Thank you very much. I'm going to proceed.
Thank you, Chairman and members of the Standing Committee on Transport, Infrastructure and Communities.
My name is Paul Njoroge. I'm the husband of Carolyne Karanja; father of Ryan Njoroge, Kellie Pauls and Rubi Pauls; and son-in-law of Anne Karanja, who all died in the crash of Ethiopian Airlines flight 302 on March 10, last year.
The tragic death of my family left me in a chasm of solitude, desolation and pain. It changed the lives of my and my wife’s extended families, acquaintances and communities. Young children at St. Joseph Elementary School in Hamilton, Ontario, and friends of Ryan and Kellie, developed a fear of flying.
I'm here today because I believe that the crash that killed my family was preventable. Aviation regulators across the world were not diligent enough in their dispensing of regulatory authority over the certification and validation of the 737 Max plane. Certainly, Canada would not have lost its 18 citizens and unknown numbers of permanent residents had Transport Canada made prudent decisions after the crash of Lion Air flight 610.
Over the last 20 months, a lot has been documented about what affected the design, manufacturing and certification of the 737 Max. A lot more was documented on the FAA’s and Boeing’s acts, omissions and errors that culminated in these tragedies.
My testimony today will not delve into these technicalities. I have provided links to relevant reports in the footnotes of this oral testimony and in the longer version provided for your record.
It is perplexing that agencies across the world became aware of the Boeing and FAA shenanigans after the first crash but still allowed the plane to continue flying. Transport Canada allowed the plane to continue transporting Canadians across the globe. The directorate issued a five-step memory aid for pilots a few days after the first crash. However, in December of 2018, the FAA’s TARAM report predicted that 15 more 737 Max crashes would occur within the lifetime of the airplane. Wasn’t that a concern enough for the Minister of Transport to consider grounding the plane? Eighteen Canadians and unknown numbers of Canadian permanent residents lost their lives in the second crash because of this oversight.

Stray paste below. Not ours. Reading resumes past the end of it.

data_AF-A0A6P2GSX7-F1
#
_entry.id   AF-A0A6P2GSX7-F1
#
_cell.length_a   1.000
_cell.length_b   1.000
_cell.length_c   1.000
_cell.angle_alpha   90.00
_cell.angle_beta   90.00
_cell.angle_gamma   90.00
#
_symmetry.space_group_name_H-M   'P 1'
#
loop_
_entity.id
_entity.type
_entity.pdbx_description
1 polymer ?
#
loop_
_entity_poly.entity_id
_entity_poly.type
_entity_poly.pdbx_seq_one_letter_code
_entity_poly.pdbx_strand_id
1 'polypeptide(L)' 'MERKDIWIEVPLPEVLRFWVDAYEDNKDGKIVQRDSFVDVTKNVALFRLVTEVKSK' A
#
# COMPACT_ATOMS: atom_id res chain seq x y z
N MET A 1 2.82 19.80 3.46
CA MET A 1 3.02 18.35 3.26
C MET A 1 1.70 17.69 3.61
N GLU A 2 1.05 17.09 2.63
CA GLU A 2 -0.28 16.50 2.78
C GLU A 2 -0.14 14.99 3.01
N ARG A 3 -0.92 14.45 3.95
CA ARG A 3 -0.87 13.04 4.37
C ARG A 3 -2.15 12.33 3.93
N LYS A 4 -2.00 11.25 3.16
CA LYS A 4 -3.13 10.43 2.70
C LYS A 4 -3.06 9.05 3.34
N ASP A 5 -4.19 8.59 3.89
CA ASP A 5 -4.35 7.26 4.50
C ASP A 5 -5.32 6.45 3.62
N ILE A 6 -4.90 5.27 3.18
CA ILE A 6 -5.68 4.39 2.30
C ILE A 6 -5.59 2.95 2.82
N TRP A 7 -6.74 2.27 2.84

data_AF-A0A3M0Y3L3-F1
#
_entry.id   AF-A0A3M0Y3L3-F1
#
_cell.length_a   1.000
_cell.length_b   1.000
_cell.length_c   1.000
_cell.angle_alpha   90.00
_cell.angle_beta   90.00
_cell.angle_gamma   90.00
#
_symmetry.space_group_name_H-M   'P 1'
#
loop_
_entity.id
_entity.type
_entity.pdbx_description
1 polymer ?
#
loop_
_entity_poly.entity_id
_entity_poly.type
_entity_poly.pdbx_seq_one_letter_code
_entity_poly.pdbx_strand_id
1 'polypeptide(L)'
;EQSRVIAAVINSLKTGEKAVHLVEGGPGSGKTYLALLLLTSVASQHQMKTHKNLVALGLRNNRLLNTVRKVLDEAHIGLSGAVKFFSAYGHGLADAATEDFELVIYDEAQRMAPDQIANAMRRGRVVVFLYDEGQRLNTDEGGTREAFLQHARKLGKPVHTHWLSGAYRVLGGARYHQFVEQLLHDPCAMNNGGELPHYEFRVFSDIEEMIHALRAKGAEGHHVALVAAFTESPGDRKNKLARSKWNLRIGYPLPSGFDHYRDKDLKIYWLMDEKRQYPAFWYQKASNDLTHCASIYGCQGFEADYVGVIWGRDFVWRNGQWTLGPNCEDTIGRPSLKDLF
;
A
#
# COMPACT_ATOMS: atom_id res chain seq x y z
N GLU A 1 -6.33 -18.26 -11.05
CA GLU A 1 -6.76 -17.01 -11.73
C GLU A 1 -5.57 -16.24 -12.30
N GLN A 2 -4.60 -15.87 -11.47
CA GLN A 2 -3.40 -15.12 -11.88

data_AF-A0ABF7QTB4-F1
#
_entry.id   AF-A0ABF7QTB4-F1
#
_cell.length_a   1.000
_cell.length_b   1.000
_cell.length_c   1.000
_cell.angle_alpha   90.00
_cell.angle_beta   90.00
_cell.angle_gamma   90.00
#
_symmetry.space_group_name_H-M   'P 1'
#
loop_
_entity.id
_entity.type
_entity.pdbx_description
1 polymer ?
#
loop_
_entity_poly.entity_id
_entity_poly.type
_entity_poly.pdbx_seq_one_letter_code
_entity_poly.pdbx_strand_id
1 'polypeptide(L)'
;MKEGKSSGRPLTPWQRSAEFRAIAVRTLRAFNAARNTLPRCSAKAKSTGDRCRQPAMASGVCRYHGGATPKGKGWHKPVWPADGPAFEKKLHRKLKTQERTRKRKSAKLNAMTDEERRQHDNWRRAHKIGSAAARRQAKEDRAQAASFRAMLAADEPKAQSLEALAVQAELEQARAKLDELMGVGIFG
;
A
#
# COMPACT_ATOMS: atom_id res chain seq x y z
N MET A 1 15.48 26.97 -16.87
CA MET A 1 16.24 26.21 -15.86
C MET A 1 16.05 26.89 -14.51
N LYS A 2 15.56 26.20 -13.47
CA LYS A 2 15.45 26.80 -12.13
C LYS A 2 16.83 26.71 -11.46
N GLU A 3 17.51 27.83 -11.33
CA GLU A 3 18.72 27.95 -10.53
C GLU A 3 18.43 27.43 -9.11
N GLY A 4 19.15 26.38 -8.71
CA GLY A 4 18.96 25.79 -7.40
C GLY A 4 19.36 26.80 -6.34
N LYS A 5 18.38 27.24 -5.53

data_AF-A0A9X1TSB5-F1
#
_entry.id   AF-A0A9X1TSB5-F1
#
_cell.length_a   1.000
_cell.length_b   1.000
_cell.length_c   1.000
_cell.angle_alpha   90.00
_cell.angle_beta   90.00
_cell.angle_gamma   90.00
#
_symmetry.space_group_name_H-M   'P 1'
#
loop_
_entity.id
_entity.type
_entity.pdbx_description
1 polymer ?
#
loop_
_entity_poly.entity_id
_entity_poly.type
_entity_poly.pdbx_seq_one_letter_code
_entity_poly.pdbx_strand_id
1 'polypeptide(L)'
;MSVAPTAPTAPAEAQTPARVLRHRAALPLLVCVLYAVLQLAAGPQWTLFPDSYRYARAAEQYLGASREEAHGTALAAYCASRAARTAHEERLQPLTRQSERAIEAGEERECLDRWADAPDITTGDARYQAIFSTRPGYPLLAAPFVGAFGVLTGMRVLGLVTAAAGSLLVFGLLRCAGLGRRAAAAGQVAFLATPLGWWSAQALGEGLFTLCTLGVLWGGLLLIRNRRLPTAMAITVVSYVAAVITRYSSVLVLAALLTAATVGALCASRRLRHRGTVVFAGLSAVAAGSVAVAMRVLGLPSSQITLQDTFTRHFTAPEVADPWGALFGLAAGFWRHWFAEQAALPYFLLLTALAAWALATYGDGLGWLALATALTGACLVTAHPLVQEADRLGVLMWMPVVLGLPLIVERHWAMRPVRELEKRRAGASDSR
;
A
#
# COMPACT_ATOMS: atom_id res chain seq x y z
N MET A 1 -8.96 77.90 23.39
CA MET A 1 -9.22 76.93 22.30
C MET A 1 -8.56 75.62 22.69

On March 11 last year, a day after the crash of ET302, the Transport Minister appeared on TV and stressed his confidence in the 737 Max, saying that he would board the plane “without hesitation”.
The minister waited for four days before grounding the plane. Mr. Garneau's remarks and actions portrayed excessive hubris, analogous to the behaviour exhibited by many within the FAA and Boeing before and after the 737 Max crashes.
I may not fully understand the bilateral agreement between Canada and the U.S. with respect to aircraft validation, but I'm inclined to think that Transport Canada depended too much on what was decided and documented by the FAA and Boeing. Transport Canada acted like a mere rubber-stamping authority in the validation of the 737 Max planes.
When ET302 crashed, the Prime Minister reacted with one tweet of his thoughts being with the families of the victims, but when Ukraine Airlines flight 752 crashed on January of this year, he humanly appeared extensively on the media and condemned the Iranian government for shooting down the plane. Why didn't the PM demand accountability and thorough investigation of the 737 Max planes? Could it be that he was already aware of the 737 Max issues, but left uninformed Canadians like me to put their families in those flying coffins?
The FAA announced the ungrounding of the 737 Max last week. I believe that the plane is still unsafe to fly. The inherent aerodynamic structural flaws were completely ignored by Boeing and the FAA. The plane is still unstable.
In cases where the MCAS shuts off, pilots are the redundancy expected to turn the manual trim wheel. In the case of flight ET302, this proved to be difficult in scenarios where the aircraft is nosediving at high speed. The plane is still installed with an older flight crew alert system, which produces a cacophony of different alerts that can confuse pilots.
The 737 Max design, certification, validation and ungrounding story is a convoluted web of lies, greed, deceit and concealment of information.
Transport Canada has assured Canadians that the 737 Max will not fly in Canada until their independent validation process is completed. This validation process needs to be redefined, as it failed to consider the 2016 and 2018 concerns of the Canadian test pilots. Mr. Chairman, I have provided this committee with copies of those concerns.
Improvement of this validation process should start with an independent inquiry into decision-making by the transport ministerand Transport Canada, both before and after the 737 Max crashes. Canadians deserve a competent and transparent process.
Thank you for allowing me to speak today.